There is no definitive way to ensure the fainting trait will appear in the offspring of myotonic goats, which are bred with other goat breeds.
Since myotonic goats are excellent meat animals, breeding a myotonic goat buck with a doe from a larger meat breed or a full-sized dairy goat, such as a Boer, will always produce offspring with a higher meat yield and muscle mass.
This practice has become popular among meat goat breeders who want to increase the meat production of their herd.
What is Myotonia Congenita?
Myotonia congenita is an inherited condition, and it is likely the result of a genetic mutation.
Myotonia occurs in the muscle fibers and does not create any pain or long-term health effects for a goat.
A myotonic goat with very muscular legs usually indicates the animal has a higher instance of fainting since the constant contraction and relaxation builds muscles.
Myotonic episodes do not affect the heart, respiratory system, or other vital organ functions.
Myotonia also naturally occurs in other species such as pigeons, dogs, horses, mice, sheep, and even humans.
Line-bred myotonic goats are considered a medium-sized breed, and they will reach their adult frame size by the time they are two years old.
Where Did Fainting Goats Originate?
A farm worker named John Tinsley is thought to have brought several myotonic goats from his home in Nova Scotia to the United States.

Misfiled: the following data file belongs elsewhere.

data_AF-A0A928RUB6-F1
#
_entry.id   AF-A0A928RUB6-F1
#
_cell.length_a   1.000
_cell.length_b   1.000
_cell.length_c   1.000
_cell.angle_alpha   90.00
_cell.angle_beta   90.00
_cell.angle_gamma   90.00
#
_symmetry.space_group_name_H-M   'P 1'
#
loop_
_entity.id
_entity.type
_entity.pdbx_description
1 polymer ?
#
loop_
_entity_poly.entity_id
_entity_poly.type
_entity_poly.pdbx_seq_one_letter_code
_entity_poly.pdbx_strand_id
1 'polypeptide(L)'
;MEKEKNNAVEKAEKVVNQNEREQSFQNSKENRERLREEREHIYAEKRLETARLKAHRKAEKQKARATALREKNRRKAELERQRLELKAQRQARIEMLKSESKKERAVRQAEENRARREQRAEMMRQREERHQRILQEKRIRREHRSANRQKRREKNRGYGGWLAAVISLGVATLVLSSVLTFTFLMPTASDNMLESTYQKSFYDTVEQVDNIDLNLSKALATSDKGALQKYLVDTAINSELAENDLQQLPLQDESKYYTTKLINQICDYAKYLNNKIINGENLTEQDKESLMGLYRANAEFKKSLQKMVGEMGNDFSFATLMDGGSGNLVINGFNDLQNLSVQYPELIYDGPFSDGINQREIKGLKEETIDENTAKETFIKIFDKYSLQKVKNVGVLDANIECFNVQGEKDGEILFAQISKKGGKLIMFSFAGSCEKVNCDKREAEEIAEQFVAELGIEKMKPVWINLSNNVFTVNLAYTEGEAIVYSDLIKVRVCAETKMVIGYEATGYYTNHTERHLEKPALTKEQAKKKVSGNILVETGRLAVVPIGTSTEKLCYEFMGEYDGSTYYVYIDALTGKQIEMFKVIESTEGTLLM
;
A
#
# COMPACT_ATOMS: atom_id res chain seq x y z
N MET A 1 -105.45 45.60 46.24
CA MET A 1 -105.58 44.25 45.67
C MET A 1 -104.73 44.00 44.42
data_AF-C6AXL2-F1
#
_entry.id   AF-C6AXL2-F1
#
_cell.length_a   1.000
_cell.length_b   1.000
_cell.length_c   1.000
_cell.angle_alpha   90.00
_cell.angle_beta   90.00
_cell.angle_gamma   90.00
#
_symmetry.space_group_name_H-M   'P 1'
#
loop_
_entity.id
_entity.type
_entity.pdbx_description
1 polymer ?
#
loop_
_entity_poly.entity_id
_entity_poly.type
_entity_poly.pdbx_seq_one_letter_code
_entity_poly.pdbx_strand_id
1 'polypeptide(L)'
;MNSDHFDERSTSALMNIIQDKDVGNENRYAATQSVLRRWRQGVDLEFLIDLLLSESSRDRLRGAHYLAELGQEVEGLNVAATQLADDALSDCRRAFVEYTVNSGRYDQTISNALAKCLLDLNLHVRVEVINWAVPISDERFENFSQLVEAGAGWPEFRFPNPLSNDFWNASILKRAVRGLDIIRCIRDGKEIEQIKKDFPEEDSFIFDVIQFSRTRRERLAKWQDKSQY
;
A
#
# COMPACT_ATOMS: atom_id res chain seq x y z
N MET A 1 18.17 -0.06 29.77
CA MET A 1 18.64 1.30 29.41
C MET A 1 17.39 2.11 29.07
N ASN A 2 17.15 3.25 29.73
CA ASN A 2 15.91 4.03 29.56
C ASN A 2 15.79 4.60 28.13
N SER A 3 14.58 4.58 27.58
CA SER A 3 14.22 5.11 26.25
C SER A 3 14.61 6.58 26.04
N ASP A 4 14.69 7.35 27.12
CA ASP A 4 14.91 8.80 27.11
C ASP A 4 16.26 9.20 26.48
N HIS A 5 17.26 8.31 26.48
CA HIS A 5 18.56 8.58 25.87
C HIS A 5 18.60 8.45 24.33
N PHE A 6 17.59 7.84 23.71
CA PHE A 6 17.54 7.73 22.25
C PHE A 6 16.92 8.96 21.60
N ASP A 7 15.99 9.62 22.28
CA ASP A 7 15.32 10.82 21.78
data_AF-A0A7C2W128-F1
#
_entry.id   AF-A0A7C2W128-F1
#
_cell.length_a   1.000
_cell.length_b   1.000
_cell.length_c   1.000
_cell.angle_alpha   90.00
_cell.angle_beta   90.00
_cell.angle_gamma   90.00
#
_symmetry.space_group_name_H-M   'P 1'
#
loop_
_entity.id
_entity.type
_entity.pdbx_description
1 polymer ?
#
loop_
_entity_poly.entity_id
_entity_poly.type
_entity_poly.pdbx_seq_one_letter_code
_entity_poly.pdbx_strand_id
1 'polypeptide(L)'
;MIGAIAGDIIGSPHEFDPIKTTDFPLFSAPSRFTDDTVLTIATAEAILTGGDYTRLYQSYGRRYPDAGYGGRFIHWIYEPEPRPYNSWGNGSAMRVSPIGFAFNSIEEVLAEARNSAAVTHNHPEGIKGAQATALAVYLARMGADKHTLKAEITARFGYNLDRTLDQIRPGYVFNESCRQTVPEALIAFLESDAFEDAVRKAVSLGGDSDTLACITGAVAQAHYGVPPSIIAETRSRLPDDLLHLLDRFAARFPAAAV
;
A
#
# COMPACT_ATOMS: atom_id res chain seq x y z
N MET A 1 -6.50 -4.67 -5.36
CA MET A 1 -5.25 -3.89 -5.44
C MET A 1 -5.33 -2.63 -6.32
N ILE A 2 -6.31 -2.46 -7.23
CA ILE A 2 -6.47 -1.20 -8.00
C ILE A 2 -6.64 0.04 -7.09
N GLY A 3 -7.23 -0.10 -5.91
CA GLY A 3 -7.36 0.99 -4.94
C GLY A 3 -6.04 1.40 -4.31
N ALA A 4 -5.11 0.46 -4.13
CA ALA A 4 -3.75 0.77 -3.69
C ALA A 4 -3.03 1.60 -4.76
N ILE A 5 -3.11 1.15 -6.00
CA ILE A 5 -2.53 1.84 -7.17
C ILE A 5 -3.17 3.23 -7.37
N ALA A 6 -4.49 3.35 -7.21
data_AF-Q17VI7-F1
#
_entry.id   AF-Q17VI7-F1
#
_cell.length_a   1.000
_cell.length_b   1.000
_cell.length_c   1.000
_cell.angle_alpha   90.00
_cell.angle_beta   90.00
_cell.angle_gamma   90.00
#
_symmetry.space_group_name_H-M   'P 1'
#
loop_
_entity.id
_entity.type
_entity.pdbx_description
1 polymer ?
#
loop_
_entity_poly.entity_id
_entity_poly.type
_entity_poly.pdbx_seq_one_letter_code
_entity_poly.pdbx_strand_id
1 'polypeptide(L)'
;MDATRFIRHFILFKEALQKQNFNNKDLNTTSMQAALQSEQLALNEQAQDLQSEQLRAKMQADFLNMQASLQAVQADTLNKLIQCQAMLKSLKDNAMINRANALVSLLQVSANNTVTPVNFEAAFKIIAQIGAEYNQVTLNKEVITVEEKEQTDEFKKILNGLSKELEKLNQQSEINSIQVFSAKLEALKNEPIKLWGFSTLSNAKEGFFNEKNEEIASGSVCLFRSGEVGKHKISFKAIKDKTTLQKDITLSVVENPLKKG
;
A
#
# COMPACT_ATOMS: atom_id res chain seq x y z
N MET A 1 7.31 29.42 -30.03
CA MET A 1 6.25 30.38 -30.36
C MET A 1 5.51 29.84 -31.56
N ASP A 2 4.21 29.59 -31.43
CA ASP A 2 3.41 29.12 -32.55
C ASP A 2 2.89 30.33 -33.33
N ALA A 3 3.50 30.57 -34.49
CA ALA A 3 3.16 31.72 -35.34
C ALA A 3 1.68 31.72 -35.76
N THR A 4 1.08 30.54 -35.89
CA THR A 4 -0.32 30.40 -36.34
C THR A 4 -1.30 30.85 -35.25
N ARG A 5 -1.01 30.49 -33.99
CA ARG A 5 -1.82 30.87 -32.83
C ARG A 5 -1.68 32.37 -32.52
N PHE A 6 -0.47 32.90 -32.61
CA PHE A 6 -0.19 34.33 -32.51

John Tinsley sold his goats to a man named Dr. H. H. Mayberry in Marshall County, Tennessee, sometime in the early 1880s.
After selling the goats to Dr. Mayberry, John Tinsley is said to have disappeared.
The fainting was not recorded in medical literature until 1904, and the term “congenital myotonia” was introduced in 1939.
The specific mutation in goat genes was discovered in 1996, several years after the mutation was identified in mice and humans.
The experiments on myotonic goats performed by Lindor Brown and McGhee Harvey in 1939 are considered a significant contribution to understanding the physiological effects of the genetic condition.
Brown and Harvey’s experiments also influenced several theories about myotonia and its causes.
Their research and many others afterward have been connected to other disorders, including myasthenia gravis, migraines, and heart arrhythmia.
In 2019, the conservation status of myotonic goats was listed as “at-risk” according to the DAD-IS database created by the Food and Agriculture Organization of the United Nations.
Myotonic goats are bred in over 15 states throughout the United States, but there are thought to be fewer than 5,000 of them in existence.
The number of true myotonic goats is low due to cross-breeding for other traits.
Even true myotonic goats differ slightly in appearance compared to the original fainting goats.
The myotonic goats we know today have a more muscular body structure with broad shoulders, broad muzzles, and large eyes, which slightly protrude to give the animals their characteristic “bug-eyed” appearance.
Myotonic goats are quieter than other goat breeds, and their intelligence makes them easy to train.
The coat of a myotonic goat may be short or long and come in any color or pattern.